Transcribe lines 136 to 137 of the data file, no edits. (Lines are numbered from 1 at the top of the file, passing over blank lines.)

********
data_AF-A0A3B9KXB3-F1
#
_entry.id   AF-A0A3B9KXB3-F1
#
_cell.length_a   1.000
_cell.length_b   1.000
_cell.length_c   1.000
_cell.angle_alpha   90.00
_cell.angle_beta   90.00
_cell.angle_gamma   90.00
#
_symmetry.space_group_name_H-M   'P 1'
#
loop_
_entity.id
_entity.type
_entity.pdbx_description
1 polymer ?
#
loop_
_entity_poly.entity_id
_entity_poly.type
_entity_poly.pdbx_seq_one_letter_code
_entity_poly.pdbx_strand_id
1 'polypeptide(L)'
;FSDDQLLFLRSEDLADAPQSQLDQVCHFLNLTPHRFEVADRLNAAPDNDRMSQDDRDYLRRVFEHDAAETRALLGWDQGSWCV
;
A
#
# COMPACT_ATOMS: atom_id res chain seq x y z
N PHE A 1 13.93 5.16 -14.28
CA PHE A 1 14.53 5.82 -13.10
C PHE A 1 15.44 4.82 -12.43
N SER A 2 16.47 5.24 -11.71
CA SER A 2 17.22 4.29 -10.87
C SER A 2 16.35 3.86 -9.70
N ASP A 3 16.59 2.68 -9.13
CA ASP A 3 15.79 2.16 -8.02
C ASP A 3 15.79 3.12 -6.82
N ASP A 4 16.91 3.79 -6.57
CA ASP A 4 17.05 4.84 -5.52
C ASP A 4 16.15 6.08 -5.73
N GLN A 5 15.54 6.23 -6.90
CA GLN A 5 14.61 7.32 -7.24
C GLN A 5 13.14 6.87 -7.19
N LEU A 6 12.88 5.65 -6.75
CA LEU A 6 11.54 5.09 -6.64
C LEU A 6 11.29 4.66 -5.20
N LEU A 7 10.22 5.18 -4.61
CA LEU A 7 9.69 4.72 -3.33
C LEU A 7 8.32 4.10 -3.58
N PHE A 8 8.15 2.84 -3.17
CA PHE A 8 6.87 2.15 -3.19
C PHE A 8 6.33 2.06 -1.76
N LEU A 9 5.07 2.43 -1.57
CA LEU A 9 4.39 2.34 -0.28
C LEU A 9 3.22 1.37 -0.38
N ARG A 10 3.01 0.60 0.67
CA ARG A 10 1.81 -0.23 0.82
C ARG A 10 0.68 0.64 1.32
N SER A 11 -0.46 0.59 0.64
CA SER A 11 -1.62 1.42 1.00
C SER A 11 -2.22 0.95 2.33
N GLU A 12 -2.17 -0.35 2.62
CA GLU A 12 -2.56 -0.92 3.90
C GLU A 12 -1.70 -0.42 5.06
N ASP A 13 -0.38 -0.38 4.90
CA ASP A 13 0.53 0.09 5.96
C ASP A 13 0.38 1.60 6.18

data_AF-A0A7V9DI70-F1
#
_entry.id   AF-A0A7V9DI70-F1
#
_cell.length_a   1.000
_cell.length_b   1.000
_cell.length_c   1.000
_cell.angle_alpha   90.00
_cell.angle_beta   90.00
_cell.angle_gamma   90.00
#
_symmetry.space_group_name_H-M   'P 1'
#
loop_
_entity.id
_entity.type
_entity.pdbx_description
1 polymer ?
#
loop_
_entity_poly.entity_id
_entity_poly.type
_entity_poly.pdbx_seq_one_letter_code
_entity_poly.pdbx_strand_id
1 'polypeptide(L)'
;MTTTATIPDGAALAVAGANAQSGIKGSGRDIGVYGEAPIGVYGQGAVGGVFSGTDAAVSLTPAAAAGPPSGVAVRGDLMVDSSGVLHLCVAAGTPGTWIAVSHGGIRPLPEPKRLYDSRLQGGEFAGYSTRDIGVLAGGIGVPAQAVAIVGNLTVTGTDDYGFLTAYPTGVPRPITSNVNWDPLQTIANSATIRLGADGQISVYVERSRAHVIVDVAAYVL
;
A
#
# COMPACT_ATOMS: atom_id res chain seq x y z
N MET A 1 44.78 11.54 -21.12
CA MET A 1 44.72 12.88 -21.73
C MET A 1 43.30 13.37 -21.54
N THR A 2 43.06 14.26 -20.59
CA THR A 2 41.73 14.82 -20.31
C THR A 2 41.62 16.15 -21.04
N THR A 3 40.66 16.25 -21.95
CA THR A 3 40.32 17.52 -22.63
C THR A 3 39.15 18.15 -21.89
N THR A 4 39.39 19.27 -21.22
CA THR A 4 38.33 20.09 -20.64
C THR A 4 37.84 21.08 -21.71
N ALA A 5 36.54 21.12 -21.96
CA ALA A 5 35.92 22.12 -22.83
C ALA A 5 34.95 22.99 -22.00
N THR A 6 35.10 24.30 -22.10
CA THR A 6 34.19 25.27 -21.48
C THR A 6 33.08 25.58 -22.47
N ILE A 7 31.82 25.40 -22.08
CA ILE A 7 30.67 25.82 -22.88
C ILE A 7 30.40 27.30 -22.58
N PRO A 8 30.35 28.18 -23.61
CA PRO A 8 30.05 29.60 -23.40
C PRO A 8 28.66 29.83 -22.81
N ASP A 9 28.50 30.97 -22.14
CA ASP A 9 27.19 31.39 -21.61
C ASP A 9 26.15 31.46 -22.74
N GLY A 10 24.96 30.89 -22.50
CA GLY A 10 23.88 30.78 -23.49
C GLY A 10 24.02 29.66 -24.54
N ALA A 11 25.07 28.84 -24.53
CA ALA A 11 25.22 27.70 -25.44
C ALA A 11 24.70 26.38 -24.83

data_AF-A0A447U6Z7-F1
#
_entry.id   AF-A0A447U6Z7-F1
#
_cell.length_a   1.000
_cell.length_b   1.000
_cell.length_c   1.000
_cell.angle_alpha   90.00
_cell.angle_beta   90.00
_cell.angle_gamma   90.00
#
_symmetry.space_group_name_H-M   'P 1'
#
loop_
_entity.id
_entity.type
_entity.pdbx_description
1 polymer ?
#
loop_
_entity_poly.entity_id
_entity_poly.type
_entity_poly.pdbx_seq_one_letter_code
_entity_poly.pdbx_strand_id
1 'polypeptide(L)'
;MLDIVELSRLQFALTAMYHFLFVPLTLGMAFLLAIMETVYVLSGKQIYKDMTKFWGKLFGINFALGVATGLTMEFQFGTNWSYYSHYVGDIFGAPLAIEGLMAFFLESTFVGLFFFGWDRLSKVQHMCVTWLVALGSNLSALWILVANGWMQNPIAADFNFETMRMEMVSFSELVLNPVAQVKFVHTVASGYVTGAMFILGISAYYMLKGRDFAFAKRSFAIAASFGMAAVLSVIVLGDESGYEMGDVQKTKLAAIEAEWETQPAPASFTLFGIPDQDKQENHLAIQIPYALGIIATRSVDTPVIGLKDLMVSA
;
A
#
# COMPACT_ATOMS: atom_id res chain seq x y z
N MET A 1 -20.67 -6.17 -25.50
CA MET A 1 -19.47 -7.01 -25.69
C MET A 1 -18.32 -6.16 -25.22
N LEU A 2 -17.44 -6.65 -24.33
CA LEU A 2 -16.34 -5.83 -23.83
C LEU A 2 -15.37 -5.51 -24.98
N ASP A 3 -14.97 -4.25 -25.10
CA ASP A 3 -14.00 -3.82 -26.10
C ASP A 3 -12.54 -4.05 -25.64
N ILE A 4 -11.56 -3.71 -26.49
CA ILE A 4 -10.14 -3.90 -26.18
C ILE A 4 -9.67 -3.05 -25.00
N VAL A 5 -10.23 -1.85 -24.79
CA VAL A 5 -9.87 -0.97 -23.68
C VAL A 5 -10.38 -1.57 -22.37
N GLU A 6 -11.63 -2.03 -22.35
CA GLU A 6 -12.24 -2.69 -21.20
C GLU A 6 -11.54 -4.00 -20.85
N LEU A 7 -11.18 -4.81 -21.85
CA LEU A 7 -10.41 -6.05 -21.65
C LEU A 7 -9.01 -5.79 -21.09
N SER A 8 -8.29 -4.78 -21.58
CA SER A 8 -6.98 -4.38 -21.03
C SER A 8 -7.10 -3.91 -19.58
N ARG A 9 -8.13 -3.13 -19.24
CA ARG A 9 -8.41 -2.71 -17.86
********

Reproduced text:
#
_cell.length_a   1.000